There were also criticisms of the teaching method, and 'false economies' with regard to maps:
After the unsatisfactory nature of the desks, the most obvious deficiency is the lack of wall maps and pictures. Maps are kept in a separate room, and have to be sent for when required. This may provde a saving of wear and tear; but it is a false economy from an educational point of view.
Then the report went on to discuss the learning level of the students in various subjects. By far the greatest attention was spent on English, as you might imagine:
The great majority of the boys who enter the College have previously studied in private schools, whether in Hongkong or Canton, where old-fashioned methods of instruction are practised, and an incorrect pronounciation acquired...The main fault we noticed, though it was less conspicuous in the Preparatory School than in the higher Classes, was that the boys do not answer loudly enough. ..In the Upper School, the boys with few exceptions were well able to answer when asked ordinary questions, though some of them would only do so under a good deal of pressure. It however remains to make them talk correct English. Their grammar is on the whole very weak: in fact, though they would probably be surprised and disgusted to hear it said, they use a sort of "pidgin" English, which has marked features of its own. Of these, the commonest are the discarding of inflections and the omission of auxiliary verbs. Thus. "I asked him where he was coming from, and he said he had been for a walk", would be put in some such way as this: "I asked him, Where you coming from? He say, I been for a walk".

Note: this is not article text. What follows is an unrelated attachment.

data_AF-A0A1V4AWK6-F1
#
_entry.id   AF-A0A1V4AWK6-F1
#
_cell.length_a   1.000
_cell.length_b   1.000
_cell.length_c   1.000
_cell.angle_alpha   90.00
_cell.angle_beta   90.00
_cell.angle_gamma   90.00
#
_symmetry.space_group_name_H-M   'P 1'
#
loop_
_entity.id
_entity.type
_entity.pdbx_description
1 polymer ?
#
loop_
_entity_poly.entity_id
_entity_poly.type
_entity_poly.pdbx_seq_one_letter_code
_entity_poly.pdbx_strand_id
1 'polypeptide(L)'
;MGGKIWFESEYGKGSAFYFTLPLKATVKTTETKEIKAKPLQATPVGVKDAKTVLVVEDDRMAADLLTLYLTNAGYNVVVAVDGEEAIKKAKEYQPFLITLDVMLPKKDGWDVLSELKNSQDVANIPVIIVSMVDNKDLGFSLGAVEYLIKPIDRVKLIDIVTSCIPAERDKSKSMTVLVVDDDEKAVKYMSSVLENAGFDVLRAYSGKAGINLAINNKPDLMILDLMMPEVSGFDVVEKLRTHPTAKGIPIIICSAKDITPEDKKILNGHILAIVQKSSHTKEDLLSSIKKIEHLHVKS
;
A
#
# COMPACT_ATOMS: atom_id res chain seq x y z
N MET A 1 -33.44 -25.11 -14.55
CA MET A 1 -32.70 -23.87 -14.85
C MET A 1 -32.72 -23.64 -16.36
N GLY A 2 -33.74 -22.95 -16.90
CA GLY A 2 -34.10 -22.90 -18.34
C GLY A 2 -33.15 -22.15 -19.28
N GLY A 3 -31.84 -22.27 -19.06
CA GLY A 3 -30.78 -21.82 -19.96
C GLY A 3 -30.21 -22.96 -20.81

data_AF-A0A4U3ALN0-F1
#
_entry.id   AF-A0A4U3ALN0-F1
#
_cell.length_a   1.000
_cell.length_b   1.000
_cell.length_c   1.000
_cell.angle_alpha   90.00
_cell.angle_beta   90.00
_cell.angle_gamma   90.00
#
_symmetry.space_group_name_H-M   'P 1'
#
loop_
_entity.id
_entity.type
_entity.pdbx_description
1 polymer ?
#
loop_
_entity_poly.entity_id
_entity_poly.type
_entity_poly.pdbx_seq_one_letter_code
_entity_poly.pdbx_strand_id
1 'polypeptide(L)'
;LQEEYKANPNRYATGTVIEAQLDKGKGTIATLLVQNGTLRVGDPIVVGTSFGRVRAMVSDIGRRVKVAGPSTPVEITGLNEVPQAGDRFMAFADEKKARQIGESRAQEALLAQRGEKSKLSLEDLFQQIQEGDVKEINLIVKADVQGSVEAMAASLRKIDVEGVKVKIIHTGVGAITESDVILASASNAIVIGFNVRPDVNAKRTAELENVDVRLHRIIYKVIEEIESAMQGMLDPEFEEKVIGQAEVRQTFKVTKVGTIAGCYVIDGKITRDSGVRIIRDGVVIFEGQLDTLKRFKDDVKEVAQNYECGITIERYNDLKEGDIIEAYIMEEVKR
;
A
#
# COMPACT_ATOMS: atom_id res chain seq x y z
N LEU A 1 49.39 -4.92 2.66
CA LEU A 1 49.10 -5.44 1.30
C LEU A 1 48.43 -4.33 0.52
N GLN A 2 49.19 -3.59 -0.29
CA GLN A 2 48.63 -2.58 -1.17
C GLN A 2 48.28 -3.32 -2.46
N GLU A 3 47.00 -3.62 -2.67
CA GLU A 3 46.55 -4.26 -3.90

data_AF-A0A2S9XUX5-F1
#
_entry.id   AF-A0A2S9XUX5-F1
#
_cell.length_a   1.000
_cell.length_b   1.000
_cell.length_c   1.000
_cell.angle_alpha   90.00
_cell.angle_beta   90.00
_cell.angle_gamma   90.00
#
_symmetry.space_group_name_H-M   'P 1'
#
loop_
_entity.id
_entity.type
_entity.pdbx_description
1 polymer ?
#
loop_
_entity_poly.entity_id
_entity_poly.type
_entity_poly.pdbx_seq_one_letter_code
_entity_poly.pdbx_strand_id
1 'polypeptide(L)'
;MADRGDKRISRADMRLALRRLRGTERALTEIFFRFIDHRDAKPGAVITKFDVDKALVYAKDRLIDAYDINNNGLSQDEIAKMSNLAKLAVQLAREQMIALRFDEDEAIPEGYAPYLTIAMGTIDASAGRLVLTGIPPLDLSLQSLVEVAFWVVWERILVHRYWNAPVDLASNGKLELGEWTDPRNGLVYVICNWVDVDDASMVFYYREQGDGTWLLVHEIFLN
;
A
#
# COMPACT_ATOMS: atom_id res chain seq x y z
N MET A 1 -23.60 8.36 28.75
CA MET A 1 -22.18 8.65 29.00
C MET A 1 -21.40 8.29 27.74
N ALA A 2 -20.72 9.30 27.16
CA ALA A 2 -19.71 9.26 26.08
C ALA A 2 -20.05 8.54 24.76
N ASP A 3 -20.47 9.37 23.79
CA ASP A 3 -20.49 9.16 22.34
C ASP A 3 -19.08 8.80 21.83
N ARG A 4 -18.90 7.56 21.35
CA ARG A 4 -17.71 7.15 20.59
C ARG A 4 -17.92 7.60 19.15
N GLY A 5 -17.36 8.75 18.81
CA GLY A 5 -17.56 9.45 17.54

Other than grammar, more observations were made of aptitude in reading and composition. What is interesting is that 'Shakespeare' was a separate subject altogether:
Papers on Henry V were set to a few boys in Class I A. On the whole the answers were good: the papers written by several boys were excellent, and long quotations were given correctly. In oral answers I B were somewhat feeble and uncertain.